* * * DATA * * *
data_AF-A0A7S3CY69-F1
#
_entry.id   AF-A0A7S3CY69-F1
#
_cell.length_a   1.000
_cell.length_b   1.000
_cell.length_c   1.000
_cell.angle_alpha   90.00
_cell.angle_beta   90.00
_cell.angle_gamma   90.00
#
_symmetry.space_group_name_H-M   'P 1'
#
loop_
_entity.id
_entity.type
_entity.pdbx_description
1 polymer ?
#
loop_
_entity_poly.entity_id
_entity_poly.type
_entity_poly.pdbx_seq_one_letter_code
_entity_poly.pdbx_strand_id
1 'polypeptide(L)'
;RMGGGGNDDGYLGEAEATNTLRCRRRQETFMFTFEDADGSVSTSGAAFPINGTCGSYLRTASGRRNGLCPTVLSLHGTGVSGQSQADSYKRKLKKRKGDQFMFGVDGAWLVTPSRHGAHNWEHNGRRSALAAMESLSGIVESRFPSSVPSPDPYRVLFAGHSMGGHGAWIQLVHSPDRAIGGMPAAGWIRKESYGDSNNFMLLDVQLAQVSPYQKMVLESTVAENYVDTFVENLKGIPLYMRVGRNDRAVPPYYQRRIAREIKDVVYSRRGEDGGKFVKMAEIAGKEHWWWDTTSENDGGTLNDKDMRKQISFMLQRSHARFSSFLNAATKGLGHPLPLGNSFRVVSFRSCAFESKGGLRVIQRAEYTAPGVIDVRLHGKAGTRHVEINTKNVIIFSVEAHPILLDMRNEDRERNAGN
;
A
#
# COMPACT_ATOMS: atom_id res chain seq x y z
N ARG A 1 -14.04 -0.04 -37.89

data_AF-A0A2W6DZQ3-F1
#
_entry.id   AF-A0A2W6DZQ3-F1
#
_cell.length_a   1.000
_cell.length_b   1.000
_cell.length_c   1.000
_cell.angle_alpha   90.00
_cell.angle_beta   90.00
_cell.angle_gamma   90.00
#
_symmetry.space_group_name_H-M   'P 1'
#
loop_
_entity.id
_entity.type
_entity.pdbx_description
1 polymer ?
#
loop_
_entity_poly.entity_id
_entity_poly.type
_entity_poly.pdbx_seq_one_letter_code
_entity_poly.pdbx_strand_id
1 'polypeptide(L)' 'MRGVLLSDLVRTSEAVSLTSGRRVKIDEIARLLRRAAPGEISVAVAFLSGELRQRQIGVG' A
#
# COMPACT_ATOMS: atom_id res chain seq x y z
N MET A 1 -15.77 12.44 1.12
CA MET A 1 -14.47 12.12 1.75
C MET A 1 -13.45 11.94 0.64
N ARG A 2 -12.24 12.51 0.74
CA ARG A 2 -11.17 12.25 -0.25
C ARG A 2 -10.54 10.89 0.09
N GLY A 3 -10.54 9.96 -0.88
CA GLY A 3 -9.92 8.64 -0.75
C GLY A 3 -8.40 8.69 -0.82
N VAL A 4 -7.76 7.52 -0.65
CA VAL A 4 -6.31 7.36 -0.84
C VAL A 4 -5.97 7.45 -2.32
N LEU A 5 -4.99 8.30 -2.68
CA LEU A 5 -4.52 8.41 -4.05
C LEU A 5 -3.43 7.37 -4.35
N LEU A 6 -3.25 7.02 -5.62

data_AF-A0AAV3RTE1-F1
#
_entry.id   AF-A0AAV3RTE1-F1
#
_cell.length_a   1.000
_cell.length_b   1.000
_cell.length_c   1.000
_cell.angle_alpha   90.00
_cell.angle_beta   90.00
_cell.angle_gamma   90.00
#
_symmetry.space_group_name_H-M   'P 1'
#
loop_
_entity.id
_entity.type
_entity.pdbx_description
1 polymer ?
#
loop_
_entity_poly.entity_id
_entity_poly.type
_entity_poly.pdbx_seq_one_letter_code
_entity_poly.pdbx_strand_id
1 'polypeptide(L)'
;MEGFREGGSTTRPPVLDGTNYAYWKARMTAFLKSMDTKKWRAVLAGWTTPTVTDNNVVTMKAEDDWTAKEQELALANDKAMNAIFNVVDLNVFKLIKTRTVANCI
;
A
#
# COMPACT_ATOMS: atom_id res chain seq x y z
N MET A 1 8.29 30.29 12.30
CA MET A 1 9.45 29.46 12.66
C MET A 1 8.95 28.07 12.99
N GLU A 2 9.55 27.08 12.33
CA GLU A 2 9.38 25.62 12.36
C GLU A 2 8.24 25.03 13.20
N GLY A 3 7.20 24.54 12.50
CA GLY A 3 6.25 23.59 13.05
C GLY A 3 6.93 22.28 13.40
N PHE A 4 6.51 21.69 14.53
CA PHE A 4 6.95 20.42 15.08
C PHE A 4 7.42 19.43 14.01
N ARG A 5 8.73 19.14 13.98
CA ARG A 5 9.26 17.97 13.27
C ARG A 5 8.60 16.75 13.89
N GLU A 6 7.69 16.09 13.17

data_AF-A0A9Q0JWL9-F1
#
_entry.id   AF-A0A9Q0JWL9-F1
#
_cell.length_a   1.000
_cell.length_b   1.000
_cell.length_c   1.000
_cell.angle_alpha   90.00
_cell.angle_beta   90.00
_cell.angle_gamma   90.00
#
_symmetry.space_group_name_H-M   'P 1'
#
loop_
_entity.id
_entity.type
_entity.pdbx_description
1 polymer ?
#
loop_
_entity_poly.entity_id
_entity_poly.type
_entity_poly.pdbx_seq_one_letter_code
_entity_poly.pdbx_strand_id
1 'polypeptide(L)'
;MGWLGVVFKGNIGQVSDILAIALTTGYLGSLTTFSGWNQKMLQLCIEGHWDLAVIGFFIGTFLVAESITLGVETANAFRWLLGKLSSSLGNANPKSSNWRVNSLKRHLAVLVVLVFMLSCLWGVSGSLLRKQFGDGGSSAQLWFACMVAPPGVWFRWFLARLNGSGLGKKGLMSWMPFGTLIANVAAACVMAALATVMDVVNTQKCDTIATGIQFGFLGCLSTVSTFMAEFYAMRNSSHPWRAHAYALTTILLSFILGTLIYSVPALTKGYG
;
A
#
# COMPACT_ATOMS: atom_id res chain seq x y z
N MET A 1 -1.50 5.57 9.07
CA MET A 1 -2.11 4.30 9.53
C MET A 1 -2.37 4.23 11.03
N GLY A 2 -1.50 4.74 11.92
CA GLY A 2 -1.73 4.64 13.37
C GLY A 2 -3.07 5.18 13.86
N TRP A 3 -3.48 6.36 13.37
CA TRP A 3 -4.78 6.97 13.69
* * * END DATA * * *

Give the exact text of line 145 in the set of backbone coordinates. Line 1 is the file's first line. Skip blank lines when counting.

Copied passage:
1 'polypeptide(L)'